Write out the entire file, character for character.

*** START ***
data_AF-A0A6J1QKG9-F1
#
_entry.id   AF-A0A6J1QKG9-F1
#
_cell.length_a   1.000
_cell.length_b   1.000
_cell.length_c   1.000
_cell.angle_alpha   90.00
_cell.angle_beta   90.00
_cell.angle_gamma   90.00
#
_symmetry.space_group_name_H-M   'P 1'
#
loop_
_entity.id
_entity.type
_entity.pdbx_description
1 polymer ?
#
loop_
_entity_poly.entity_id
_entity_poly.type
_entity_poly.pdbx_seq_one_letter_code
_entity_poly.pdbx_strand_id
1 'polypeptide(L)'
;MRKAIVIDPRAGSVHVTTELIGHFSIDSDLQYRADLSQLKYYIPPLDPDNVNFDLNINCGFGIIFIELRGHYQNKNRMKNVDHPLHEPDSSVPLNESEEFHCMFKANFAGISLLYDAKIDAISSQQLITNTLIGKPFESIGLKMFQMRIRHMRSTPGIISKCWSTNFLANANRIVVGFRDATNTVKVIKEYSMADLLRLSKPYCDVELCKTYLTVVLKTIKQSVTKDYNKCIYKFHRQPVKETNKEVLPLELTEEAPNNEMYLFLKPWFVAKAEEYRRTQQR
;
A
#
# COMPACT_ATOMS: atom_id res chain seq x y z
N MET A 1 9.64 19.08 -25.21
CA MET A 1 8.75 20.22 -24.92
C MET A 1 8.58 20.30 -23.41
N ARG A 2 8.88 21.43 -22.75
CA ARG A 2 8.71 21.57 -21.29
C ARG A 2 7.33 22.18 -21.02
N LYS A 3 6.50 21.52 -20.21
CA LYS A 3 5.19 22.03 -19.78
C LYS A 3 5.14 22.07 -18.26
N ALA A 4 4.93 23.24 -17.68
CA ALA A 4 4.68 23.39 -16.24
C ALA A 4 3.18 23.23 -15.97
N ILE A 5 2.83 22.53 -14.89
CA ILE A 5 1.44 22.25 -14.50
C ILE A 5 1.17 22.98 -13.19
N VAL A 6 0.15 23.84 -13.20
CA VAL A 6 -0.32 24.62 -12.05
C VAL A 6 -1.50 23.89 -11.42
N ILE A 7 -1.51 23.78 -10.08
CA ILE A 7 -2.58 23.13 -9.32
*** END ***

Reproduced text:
data_AF-A0A6J1QKG9-F1
#
_entry.id   AF-A0A6J1QKG9-F1
#
_cell.length_a   1.000
_cell.length_b   1.000
_cell.length_c   1.000
_cell.angle_alpha   90.00
_cell.angle_beta   90.00
_cell.angle_gamma   90.00
#
_symmetry.space_group_name_H-M   'P 1'
#
loop_
_entity.id
_entity.type
_entity.pdbx_description
1 polymer ?
#
loop_
_entity_poly.entity_id
_entity_poly.type
_entity_poly.pdbx_seq_one_letter_code
_entity_poly.pdbx_strand_id
1 'polypeptide(L)'
;MRKAIVIDPRAGSVHVTTELIGHFSIDSDLQYRADLSQLKYYIPPLDPDNVNFDLNINCGFGIIFIELRGHYQNKNRMKNVDHPLHEPDSSVPLNESEEFHCMFKANFAGISLLYDAKIDAISSQQLITNTLIGKPFESIGLKMFQMRIRHMRSTPGIISKCWSTNFLANANRIVVGFRDATNTVKVIKEYSMADLLRLSKPYCDVELCKTYLTVVLKTIKQSVTKDYNKCIYKFHRQPVKETNKEVLPLELTEEAPNNEMYLFLKPWFVAKAEEYRRTQQR
;
A
#
# COMPACT_ATOMS: atom_id res chain seq x y z
N MET A 1 9.64 19.08 -25.21
CA MET A 1 8.75 20.22 -24.92
C MET A 1 8.58 20.30 -23.41
N ARG A 2 8.88 21.43 -22.75
CA ARG A 2 8.71 21.57 -21.29
C ARG A 2 7.33 22.18 -21.02
N LYS A 3 6.50 21.52 -20.21
CA LYS A 3 5.19 22.03 -19.78
C LYS A 3 5.14 22.07 -18.26
N ALA A 4 4.93 23.24 -17.68
CA ALA A 4 4.68 23.39 -16.24
C ALA A 4 3.18 23.23 -15.97
N ILE A 5 2.83 22.53 -14.89
CA ILE A 5 1.44 22.25 -14.50
C ILE A 5 1.17 22.98 -13.19
N VAL A 6 0.15 23.84 -13.20
CA VAL A 6 -0.32 24.62 -12.05
C VAL A 6 -1.50 23.89 -11.42
N ILE A 7 -1.51 23.78 -10.08
CA ILE A 7 -2.58 23.13 -9.32